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no image Tuesday, January 02, 2018 by Joaquin Valdez

Do op-amp really need a split power rail?

I recently built a amplifier out of a lm3886 and it works fine but I was curious if a op-amp needed  a spilt power supply for good audio quality all I found was that without the spilt power rail the audio quality could be distorted and if so how bad would the distortion be?


Also I’m useing 2 one watt 1kohm resistor in series to create a ground point is there a better way to create a ground point?

Comments

  • by  Richard Gabric

    If you built up the LM3886 with a single supply, then you will be aware that coupling capacitors are needed in places where they are not needed in a split supply design.

    As long as the positive power supply pin is higher than the negative,  and the total supply  gives sufficient head room for the signals being amplified, and the inputs are biased to reflect that, then any supply within the maximum power supply voltage range may be applied to the power supply pins. 

    Texas Instruments have a good application note on op-amps, which includes a good section on power supplies and biasing of single supply circuits.

    http://web.mit.edu/6.101/www/reference/op_amps_everyone.pdf

    A voltage divider may work as long as the currents are small and equal, which will be the case where they are biasing the input of an op-amp to half rail, for example.

    Sometimes a voltage divider with a voltage follower is used to drive your "ground", which within the output current drive capability of the op-amp, keeps the power supplies split equally (or at any other voltage you choose)

    The disadvantage of single supply audio power amps can be that the coupling capacitors have to charge up on power up, which can drive the speaker quite hard momentarily,  "anti thump" circuits are often needed to avoid this problem.


    Cheers,

    Richard

    • by  Aubrey Kagan

      Sometimes a voltage divider with a voltage follower is used to drive your "ground", which within the output current drive capability of the op-amp, keeps the power supplies split equally (or at any other voltage you choose)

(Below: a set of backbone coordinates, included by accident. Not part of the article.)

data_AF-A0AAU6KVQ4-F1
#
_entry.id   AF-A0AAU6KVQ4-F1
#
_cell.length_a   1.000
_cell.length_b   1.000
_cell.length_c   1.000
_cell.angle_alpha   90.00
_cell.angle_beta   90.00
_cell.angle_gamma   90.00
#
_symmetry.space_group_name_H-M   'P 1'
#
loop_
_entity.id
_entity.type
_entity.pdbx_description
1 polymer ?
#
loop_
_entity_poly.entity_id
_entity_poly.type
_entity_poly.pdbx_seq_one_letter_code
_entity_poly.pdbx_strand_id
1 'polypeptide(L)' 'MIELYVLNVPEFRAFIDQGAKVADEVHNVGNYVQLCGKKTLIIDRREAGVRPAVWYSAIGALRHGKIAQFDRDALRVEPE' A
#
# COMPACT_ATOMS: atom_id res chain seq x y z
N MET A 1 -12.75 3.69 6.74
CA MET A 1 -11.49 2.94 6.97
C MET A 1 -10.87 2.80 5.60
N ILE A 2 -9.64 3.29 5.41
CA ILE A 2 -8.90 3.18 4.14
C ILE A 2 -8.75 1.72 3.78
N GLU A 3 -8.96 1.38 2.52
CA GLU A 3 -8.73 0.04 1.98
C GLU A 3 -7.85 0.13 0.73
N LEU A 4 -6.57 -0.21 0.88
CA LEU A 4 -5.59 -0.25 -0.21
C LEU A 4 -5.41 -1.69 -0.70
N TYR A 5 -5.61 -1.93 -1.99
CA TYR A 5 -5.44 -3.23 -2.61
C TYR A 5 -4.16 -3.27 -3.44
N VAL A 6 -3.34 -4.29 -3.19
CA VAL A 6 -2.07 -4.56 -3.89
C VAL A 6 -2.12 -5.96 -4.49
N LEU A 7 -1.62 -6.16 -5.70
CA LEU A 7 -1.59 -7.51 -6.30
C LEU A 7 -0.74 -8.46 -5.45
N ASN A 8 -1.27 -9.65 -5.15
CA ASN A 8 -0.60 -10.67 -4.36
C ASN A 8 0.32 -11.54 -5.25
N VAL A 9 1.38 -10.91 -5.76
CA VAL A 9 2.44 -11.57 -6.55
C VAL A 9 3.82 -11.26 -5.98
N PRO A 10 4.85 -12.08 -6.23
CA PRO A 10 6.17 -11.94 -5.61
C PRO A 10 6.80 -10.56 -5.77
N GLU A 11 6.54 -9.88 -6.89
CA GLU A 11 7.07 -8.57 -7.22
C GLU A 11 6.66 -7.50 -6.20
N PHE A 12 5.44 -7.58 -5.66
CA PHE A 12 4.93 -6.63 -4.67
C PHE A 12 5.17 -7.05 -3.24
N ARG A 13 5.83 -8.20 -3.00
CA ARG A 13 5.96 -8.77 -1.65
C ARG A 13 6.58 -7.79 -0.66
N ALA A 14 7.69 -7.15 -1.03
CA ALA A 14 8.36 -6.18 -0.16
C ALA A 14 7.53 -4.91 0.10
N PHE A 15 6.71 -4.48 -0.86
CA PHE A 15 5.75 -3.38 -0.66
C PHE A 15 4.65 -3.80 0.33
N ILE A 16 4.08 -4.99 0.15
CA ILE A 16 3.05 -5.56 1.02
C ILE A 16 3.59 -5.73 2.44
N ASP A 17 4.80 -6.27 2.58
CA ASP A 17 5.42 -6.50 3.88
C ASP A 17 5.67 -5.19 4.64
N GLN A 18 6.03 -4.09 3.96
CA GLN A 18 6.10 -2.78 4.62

TI make a device just for this purpose the  TLE2426. Just heed Richard’s advice about drive capacity
  • by  Aubrey Kagan

    Sometimes a voltage divider with a voltage follower is used to drive your "ground", which within the output current drive capability of the op-amp, keeps the power supplies split equally (or at any other voltage you choose)

    TI make a device just for this purpose the  TLE2426. Just heed Richard’s advice about drive capacity
  • by  Rick Curl (edited)
    Hi Joaquin-

    Richard is absolutely correct.  Let me just add a couple of things. One reason a split supply makes sense is that audio signals must be able to go both positive and negative in relation to ground.   Having dual supplies ensures that with an input voltage of zero, the voltage at most points along the signal chain will also be zero.

    Some op amps are optimized for single supply operation, and others work better with dual supplies (although it is often possible to use a "single supply" op amp on split supplies).

    -Rick  

  • by  David Ashton (edited)

    Looking at the datasheet of the LM3866 here, and specifically the reference schematic on page 2, if you wanted to use single supply you'd have to:

    - use a capacitor on the output line (pin 3) to the RL - the + of the cap to the LM3866 pin 3.  Note that Rf1 would still ahve to be connected directly to pin 3, not after the capacitor.  Use 1000uF or more, depending on what frequency response you want.

    - use a capacitor from your source to the point labelled "Input" on the diagram, + to the input point,  10 to 50 uF should be OK again depending on your desired frequency response.

    - use your voltage divider as per your diagram to generate the ground point, make sure you use big capacitors (I'd say 200 uF or more) to keep it stable.   If you have a scope, set it up to look at your pseudo-ground with reference to the negative rail and see if there is much variation on it when in use, if so you need bigger caps / smaller resistors.

    - you could also use a power opamp (even another LM3866) to provide the ground if you find the resistors don't do a good enough job.

    - I'd agree with the above comments in that a split supply is far preferable.  You only have a one-winding transformer?  Just use half wave rectification (one leg of the winding grounded, the other with two diodes of opposite polarity going to your rails) and use BIG caps for smoothing.  The extra cost of the caps will be compensated by not having to buy an output cap.  Here's a diagram.

    - the other thing you can think about is using a bridge amplifier.  There's a good article here, and a circuit using the TDA7266 here which provides 4 amplifiers in bridge configuration especially designed for single supply  stereo amps in TVs, Portable radios, etc.   There's a datasheet for the TDA2030 here which gives split and single supply circuits (page 8),  and there is a discussion on the difference between them here which might be informative for you.  All these use circuitry very similar to the LM3866 (but they are lower power).

    Hope this helps // David


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